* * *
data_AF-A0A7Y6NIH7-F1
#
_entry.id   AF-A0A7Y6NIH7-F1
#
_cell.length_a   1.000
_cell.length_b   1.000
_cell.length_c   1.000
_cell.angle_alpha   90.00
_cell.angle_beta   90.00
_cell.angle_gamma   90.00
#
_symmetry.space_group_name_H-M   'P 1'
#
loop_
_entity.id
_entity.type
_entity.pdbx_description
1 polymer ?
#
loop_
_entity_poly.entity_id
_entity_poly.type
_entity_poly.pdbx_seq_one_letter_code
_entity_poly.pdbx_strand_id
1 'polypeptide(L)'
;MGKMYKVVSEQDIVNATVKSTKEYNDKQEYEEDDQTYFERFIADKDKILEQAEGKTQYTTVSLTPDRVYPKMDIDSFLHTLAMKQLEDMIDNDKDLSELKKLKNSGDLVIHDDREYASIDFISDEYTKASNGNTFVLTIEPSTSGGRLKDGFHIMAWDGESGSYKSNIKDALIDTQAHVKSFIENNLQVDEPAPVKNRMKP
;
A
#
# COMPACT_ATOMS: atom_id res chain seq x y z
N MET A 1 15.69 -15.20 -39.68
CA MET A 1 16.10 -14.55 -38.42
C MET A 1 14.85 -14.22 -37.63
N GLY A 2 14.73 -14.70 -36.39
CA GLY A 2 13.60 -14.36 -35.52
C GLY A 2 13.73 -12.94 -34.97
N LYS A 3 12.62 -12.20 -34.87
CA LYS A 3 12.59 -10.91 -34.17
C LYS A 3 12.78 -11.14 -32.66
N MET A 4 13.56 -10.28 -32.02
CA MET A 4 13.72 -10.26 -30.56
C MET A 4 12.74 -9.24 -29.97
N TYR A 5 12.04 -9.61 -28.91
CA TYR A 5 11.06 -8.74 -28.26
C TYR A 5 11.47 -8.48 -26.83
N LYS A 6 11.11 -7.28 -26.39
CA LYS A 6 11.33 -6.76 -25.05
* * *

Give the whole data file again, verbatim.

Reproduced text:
data_AF-A0A7Y6NIH7-F1
#
_entry.id   AF-A0A7Y6NIH7-F1
#
_cell.length_a   1.000
_cell.length_b   1.000
_cell.length_c   1.000
_cell.angle_alpha   90.00
_cell.angle_beta   90.00
_cell.angle_gamma   90.00
#
_symmetry.space_group_name_H-M   'P 1'
#
loop_
_entity.id
_entity.type
_entity.pdbx_description
1 polymer ?
#
loop_
_entity_poly.entity_id
_entity_poly.type
_entity_poly.pdbx_seq_one_letter_code
_entity_poly.pdbx_strand_id
1 'polypeptide(L)'
;MGKMYKVVSEQDIVNATVKSTKEYNDKQEYEEDDQTYFERFIADKDKILEQAEGKTQYTTVSLTPDRVYPKMDIDSFLHTLAMKQLEDMIDNDKDLSELKKLKNSGDLVIHDDREYASIDFISDEYTKASNGNTFVLTIEPSTSGGRLKDGFHIMAWDGESGSYKSNIKDALIDTQAHVKSFIENNLQVDEPAPVKNRMKP
;
A
#
# COMPACT_ATOMS: atom_id res chain seq x y z
N MET A 1 15.69 -15.20 -39.68
CA MET A 1 16.10 -14.55 -38.42
C MET A 1 14.85 -14.22 -37.63
N GLY A 2 14.73 -14.70 -36.39
CA GLY A 2 13.60 -14.36 -35.52
C GLY A 2 13.73 -12.94 -34.97
N LYS A 3 12.62 -12.20 -34.87
CA LYS A 3 12.59 -10.91 -34.17
C LYS A 3 12.78 -11.14 -32.66
N MET A 4 13.56 -10.28 -32.02
CA MET A 4 13.72 -10.26 -30.56
C MET A 4 12.74 -9.24 -29.97
N TYR A 5 12.04 -9.61 -28.91
CA TYR A 5 11.06 -8.74 -28.26
C TYR A 5 11.47 -8.48 -26.83
N LYS A 6 11.11 -7.28 -26.39
CA LYS A 6 11.33 -6.76 -25.05